Christopher Nolan Is So Hot Right Now
I didn’t think a movie could be more hyped — both in my own mind and in the collective conscious of young adult males — than The Dark Knight, but Inception proved me wrong. Now Batman “3″ is going to take marketing and internet nerd frothing to yet another level. Casting rumors will continue to flood the internet until official announcements are made. Pictures will leak off the set. Viral marketing will consume fanboys. There will be teasers for the teaser trailers. I, obviously, will fully take part in the insanity, as evidenced by my blog content leading up to TDK and Inception.
How did Christopher Nolan get to be both a critical and popular hero by the age of 40? I believe it’s time for me to make a Wikipedia appreciation post for Christopher Nolan.
Some critics accuse Nolan’s films as being cold and methodical, and I can understand where they’re coming from; it’s not like I can imagine Nolan making a comedy any time soon. It may not come as a surprise then that it seems like his career has progressed in much the same way. The man has just been a machine driving towards Inception, which — by all accounts — was his epic passion project.
His first full-length film was Following, a cheap and short black and white feature he filmed on weekends with his friends. It’s here that we become acquianted with Nolan’s affinity for secrecy, non-linear storytelling, and intricate plotting. It’s not about the characters here, but about the ideas, and the enveloping mystery.
The talent behind the film was plainly evident, and it was enough to get Nolan greenlit to make Memento. If Following put him on the film industry’s map, Memento introduced him to the general public, if only still a small portion of it. But he parlayed a $9 million budget into almost $40 million at the box office. He had taken yet another dark idea (actually, his younger brother’s); constructed it yet again in a unconventional fashion; threw in a heapload of themes like loss, revenge, and paranoia; and succeeded in creating one of the most compelling films of the past decade. He had taken full advantage of his first big opportunity.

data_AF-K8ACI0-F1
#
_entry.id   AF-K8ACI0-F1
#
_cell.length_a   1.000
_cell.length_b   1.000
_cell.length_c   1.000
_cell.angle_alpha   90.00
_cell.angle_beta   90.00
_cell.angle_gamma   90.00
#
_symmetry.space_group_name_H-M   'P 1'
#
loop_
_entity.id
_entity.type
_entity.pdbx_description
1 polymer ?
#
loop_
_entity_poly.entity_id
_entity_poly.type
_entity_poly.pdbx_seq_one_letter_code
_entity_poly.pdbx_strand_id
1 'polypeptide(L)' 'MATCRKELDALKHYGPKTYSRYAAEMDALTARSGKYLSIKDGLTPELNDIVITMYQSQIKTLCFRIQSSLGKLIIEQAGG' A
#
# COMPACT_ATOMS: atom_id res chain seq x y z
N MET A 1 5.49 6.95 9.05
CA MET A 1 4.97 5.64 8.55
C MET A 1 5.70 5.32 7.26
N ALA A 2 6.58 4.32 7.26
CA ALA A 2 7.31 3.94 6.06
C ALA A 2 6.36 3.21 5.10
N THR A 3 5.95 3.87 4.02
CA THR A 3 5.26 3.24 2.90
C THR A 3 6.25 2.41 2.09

This meant that a major picture studio came calling in the form of Warner Bros., asking him to direct an Al Pacino-led remake of a Norwegian murder mystery. Insomnia was a totally unnecessary remake — one considered inferior to the original by many — but it was embraced by critics and audiences nonetheless. I personally think it Nolan’s weakest effort, and that may be due to him having no part in writing the screenplay — the only film in his career where he didn’t. Nonetheless, it’s a solid film, and like I said, it was a hit. The Nolan machine climbing to the top of Hollywood would not be stopped.
Inception might have shown that Warner Bros. loved Nolan enough to write him a blank check, but Batman Begins showed that they had trusted him even five years prior. You don’t give the responsibility to reboot a beloved, but all-but-dead franchise to just some flavor-of-the-week director.*
*You know what — disregard this sentence: Warner Bros. gave Watchmen to Zack Snyder.
Considering the previous four Batman movies had sunk progressively further into camp territory, Nolan — with his aforementioned proclivity for secrets and darkness — was the perfect man to bring Batman back to some sort of grounded reality. He (and co-writer David Goyer) got rid of most of the Batman gadgetry, turned the Batmobile into a tank, and even crafted an interesting and plausible backstory of how a coddled billionaire child could morph into man who takes down criminals while dressed as a bat. Yeah sure, there’s obviously still some suspension of disbelief required, but I think he did about as good a job one could do considering the source material.
Of course, the movie was successful on pretty much every level Warner Bros. could have wanted. Its critical reception was very positive; it grossed more than double its $150 million budget; and most importantly, much of the gross was due to massive word-of-mouth, indicating people loved it, and that a sequel would most likely fare even better.